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Free motion – Embroidery and Applique

Have you checked out your sewing machine space yet? How about checking out the settings available for free motion quilting? I don’t write this blog just for my entertainment! I sure hope that everyone is getting some useful ideas. If so, please feel free to share them. Next, let’s free motion — embroidery and applique!

Just when you were getting comfortable…

How many of you think of quilting when you hear freemotion? Did you know that you can use any stitch on the sewing machine for free motion? And, you can use those stitches to do embroidery and applique?

We’re going to check those options out today.

Pulling up the bobbin thread

Firstly, I want to share another video with you. In my high tech world, I’m still learning (I’m always learning). I was in the process of showing you how to bring up your bobbin thread yesterday when the video got cut off. Today, you get to see the entire process.

Let me explain why you need to bring up the bobbin thread through your project. If you don’t, you’ll get a thread nest on the bottom of your work and it’s ugly! To prevent this from happening, bring the bobbin thread up so the top and bobbin threads are on top of your project.


 

Such an easy fix to a messy problem!

The Sapphire 960Q is smart!

One of the things I love about the Husqvarna Viking Sapphire 960Q is how smart it is. I may not remember what I was working on the day before, but, when I turn on the Sapphire 960Q, it tells me that the sewing machine is set up for free motion. No danger of breaking anything or wrecking a project, I can continue with the settings from the previous day or I can change them for what I am working on today.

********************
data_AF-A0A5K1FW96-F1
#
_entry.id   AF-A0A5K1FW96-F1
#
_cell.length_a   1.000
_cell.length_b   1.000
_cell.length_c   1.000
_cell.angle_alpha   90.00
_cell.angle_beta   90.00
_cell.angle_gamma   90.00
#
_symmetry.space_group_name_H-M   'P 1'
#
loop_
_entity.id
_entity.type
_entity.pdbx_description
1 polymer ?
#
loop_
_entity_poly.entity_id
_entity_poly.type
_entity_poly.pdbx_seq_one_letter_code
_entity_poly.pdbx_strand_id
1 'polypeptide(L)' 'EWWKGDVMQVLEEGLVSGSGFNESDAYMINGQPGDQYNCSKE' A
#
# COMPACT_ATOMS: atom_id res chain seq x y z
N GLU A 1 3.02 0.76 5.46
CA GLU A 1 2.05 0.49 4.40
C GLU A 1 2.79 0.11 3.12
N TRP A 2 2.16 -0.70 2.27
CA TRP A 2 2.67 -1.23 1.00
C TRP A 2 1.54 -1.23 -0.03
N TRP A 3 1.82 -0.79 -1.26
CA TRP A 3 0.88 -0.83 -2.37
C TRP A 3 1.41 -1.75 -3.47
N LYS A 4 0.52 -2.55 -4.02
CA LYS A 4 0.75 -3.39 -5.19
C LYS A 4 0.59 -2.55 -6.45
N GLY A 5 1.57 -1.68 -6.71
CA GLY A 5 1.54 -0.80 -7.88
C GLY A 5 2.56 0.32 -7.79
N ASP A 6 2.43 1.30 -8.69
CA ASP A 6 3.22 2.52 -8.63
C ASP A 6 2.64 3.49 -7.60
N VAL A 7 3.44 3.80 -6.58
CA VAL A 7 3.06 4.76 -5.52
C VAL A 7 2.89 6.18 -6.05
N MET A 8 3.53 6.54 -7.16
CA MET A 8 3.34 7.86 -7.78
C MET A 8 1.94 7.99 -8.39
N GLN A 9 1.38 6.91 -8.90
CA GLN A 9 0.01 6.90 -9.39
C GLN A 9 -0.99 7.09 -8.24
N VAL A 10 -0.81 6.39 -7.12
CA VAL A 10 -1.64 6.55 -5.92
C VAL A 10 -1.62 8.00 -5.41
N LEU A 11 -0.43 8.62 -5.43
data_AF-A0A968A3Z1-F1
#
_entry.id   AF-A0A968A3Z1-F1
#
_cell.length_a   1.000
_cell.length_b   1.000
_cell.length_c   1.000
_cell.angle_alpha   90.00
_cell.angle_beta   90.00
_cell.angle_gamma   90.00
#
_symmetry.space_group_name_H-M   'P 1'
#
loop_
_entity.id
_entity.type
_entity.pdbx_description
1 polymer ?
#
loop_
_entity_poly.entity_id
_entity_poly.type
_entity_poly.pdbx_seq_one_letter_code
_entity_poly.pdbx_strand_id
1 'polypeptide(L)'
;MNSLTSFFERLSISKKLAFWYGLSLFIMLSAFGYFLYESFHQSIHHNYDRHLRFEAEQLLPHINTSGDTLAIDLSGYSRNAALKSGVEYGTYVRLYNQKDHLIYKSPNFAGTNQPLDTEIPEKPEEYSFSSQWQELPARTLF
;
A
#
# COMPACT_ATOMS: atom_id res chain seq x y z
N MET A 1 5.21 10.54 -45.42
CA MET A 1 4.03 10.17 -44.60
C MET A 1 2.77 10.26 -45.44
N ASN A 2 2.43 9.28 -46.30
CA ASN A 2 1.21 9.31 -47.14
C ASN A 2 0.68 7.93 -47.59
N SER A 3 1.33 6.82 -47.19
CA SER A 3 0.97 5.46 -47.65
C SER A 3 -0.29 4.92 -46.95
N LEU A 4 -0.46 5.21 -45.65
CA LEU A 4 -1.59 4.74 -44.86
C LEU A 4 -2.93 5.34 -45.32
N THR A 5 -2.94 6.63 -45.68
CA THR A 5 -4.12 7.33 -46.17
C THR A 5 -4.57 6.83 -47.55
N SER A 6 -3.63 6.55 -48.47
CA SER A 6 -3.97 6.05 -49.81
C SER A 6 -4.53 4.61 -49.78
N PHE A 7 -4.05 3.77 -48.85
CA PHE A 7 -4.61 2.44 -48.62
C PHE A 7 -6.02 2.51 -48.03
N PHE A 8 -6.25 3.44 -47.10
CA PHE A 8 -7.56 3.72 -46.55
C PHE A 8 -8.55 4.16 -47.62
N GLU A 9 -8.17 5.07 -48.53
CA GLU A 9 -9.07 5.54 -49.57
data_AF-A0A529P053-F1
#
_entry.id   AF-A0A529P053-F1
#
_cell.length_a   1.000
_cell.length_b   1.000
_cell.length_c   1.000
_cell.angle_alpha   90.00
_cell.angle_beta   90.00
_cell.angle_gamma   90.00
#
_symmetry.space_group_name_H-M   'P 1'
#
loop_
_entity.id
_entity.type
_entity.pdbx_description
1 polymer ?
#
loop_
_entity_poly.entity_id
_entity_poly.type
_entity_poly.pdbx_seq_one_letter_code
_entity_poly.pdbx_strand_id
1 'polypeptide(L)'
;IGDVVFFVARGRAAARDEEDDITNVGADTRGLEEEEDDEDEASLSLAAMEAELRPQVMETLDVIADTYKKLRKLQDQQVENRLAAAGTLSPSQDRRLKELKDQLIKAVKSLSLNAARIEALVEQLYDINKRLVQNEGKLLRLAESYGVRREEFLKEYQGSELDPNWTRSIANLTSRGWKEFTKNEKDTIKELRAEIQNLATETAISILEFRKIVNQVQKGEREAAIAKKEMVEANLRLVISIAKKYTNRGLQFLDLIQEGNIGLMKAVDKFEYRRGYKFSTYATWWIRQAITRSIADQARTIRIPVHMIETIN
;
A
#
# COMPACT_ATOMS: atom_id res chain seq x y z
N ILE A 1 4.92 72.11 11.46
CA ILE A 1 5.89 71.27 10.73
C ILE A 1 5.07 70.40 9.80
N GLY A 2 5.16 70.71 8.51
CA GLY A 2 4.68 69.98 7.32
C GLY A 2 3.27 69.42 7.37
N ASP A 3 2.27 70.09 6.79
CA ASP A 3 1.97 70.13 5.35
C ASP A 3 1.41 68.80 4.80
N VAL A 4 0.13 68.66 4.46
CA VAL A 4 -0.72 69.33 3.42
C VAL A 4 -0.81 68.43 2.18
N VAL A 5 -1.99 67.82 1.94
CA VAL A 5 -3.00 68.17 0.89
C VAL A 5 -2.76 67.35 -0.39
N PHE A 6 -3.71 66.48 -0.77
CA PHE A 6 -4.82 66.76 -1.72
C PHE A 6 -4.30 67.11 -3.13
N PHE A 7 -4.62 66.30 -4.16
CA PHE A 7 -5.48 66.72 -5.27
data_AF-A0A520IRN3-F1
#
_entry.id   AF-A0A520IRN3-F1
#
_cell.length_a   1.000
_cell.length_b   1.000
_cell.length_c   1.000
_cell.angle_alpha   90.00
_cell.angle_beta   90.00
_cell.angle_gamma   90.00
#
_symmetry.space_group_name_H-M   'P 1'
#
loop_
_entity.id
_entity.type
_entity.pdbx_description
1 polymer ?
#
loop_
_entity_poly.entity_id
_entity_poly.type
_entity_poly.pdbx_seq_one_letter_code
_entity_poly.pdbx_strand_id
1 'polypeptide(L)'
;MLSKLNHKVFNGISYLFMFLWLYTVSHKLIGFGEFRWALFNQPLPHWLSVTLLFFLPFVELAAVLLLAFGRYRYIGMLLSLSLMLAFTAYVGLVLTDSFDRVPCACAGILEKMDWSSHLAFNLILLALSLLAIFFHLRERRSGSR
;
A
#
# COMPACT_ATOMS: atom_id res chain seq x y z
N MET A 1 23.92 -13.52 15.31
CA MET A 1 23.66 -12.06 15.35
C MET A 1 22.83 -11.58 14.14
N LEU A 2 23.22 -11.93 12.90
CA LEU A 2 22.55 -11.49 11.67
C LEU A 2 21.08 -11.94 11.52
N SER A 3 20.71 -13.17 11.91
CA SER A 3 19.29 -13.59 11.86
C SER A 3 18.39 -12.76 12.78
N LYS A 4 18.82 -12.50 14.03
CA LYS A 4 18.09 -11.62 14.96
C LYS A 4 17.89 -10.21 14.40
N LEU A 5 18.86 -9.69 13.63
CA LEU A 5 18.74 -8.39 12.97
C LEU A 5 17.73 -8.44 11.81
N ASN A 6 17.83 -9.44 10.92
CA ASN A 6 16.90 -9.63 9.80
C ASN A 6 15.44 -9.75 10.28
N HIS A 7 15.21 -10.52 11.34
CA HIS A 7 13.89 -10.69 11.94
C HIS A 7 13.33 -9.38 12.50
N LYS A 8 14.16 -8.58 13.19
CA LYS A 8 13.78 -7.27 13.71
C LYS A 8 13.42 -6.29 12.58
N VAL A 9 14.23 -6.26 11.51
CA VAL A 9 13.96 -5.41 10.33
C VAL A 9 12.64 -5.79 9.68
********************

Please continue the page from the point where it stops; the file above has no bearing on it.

When I turn on the Sapphire 960Q, it reminds me that the sewing machine is set for Free Motion.
When I turn on the Sapphire 960Q, it reminds me that the sewing machine is set for Free Motion.

 

Sewing machine tension

I want to mention one thing about tension. You remember from yesterday that I was using two high contrast threads. If the tension is set correctly, I will not be able to see the top thread on the bottom of my work and vice versa. Now it does happen on occasion, but there is usually a reason why. The trick is to figure out why and fix it.

Have a look at the bottom of my sample.

 

Slight shadowing of my dark thread shows through on the bottom of my free motion quilting
Slight shadowing of my dark thread shows through on the bottom of my free motion quilting

 

It would appear that we can see the black top thread coming through to the back. This is what is called “shadowing”. When the stitches are properly formed in the center of your quilt layers, you shouldn’t see the top or bottom threads coming through to the opposite side.

If you think about it, your needle has punched a hole through the quilt and the locked stitches are “visible” through that hole. Because of the high contrast thread, we are seeing the “shadow” of the dark thread coming through to the back. It’s easy to disguise this by not using such high contrast thread or using a busy fabric for the quilt backing. In this case, the Sapphire 960Q has made perfectly locked stitches and they will not come out.

Before you disguise those shadowing stitches, make sure that it’s just shadowing and not a true tension issue. If the stitches are not locked properly, you’ll be able to feel them and/or they’ll come out.

Free motion embroidery

The Sapphire 960Q is a very smart sewing machine, but it’s not an embroidery machine. But, wait, it can do free motion embroidery!

There are many options for doing free motion embroidery. Some people call it thread painting.